- An initiative by Google to promote 'computational thinking' in schools. Well organised list of lessons with summary descriptions and starting from a very basic level, e.g. fractions and percentages, but using computer programs to explore. Totally depends on use of (free) python scripting language. Nice idea, but not recommended in its current format. It does not look as if it has yet been sufficiently used/proved in the classroom. some UK resources.

Languages etc Processing is a free down loadable tool which develops programing skills while producing some very cool graphic objects. Well worth a look. A descriptive introduction to scratch, Scratch is a graphic programming language. A link in to the scratch home page at MIT Nine links to kid friendly coding resources, including some of those mentioned above. MIT app inventor A Flash website builder from John Dalton of JDIT The computing section from the MIT highlights for High schools section of the open course ware resources., one of the founders of nvidia talks for 4 minutes The linux documentation project, a nice starting point for getting deeper into the nuts and bolts of things. A word on C vs. C++ from Linus Torwald...
A short word on IPADS
A very good one page briefing on ipads in education
5 common Ipad mistakes
Coding on Ipads, This list was contributed to the CESI list by Chris Reina, I will try and link the resources later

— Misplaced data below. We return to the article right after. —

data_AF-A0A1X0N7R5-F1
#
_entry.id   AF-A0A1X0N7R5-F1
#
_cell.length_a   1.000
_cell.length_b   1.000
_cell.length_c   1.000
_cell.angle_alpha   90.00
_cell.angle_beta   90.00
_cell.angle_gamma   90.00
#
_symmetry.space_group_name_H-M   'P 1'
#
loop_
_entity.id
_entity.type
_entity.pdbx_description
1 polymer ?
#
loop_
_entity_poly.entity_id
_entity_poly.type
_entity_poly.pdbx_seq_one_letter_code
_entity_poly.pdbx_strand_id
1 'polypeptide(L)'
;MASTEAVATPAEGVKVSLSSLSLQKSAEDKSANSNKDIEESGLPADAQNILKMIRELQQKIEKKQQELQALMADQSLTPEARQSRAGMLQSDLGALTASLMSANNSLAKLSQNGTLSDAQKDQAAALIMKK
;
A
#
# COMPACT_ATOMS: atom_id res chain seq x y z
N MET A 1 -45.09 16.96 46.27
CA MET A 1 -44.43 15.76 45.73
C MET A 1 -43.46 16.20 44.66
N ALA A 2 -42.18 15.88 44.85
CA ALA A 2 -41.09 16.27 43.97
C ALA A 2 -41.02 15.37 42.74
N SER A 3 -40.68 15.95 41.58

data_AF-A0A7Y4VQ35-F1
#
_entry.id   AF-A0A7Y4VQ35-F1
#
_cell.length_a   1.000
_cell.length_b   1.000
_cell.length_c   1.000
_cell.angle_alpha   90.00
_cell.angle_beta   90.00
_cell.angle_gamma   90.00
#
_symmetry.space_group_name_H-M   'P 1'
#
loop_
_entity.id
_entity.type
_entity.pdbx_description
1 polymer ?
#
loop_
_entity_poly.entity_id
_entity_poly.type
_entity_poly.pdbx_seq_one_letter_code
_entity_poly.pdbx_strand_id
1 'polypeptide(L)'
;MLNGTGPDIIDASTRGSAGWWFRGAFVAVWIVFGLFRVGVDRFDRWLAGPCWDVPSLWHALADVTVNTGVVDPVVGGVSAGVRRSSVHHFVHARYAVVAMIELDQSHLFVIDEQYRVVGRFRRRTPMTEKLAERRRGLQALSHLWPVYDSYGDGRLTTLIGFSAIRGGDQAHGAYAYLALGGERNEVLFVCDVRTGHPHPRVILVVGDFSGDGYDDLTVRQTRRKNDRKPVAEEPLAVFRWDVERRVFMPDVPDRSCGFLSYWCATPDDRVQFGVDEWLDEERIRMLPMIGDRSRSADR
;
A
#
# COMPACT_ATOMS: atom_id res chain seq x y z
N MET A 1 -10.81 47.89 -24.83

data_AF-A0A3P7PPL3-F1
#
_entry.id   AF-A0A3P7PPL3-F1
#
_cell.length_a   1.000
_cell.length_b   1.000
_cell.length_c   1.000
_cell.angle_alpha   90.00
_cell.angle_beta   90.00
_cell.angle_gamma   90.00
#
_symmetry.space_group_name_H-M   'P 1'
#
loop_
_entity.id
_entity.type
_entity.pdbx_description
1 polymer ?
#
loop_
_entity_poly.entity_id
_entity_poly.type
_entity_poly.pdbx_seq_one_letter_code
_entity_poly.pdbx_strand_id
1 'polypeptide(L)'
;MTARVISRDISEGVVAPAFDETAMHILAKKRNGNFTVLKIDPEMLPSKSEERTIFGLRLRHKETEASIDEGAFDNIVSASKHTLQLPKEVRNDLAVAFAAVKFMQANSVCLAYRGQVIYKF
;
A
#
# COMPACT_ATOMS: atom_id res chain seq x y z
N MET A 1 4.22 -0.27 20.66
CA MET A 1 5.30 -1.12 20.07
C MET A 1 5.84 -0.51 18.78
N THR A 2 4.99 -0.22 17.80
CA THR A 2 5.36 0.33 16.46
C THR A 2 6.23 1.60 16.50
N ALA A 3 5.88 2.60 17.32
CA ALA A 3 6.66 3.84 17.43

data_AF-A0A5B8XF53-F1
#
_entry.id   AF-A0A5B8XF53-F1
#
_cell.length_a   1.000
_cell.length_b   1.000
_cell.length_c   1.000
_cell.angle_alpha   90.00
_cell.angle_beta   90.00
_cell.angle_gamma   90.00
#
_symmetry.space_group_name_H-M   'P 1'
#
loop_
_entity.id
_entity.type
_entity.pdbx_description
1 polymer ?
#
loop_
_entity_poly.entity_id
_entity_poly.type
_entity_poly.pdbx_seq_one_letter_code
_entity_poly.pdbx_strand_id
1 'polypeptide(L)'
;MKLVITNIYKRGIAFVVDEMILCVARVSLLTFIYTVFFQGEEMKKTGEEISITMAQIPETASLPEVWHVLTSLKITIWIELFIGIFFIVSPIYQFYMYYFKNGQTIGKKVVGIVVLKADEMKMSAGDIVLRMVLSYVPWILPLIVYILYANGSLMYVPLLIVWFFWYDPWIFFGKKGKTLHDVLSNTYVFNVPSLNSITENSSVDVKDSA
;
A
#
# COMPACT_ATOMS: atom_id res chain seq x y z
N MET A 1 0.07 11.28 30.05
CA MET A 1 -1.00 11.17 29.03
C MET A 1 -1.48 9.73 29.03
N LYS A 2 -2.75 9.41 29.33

Dash (API) An API documentation Browser


Buffer (C++, Java, Arduina, HTML, Perl, Python, Ruby, SQL and lots more)


Koder (CSS, PHP, SSH and Syntax capabilities) A code editor for ipad or iphone

Mobile Markup

ScriptKit Drag and drop programming for the ipad



Pyonkee (Scratch) (Source code available at:

ScratchJr (Scratch)

Textastic An advanced code editor for the iphone

Nitro ? possibly Nitrous



Diet Coda Now Coda on IOS, There is a link to a review with links to follow here Review of Coda


and of course: Pythonista

App Development/Windows development/Mac development Microsoft developers network lots of free tools and tutorials here. Googles eqiuvalent site. It feels odd to be puting a search engines developer site in here, but for some google is the web and so this is also a good place to start. The apple equivalent. Last time I played with this you needed a mac to run apples free developer tools on this site. If you have one, then this is the place to go. The Android equivalent.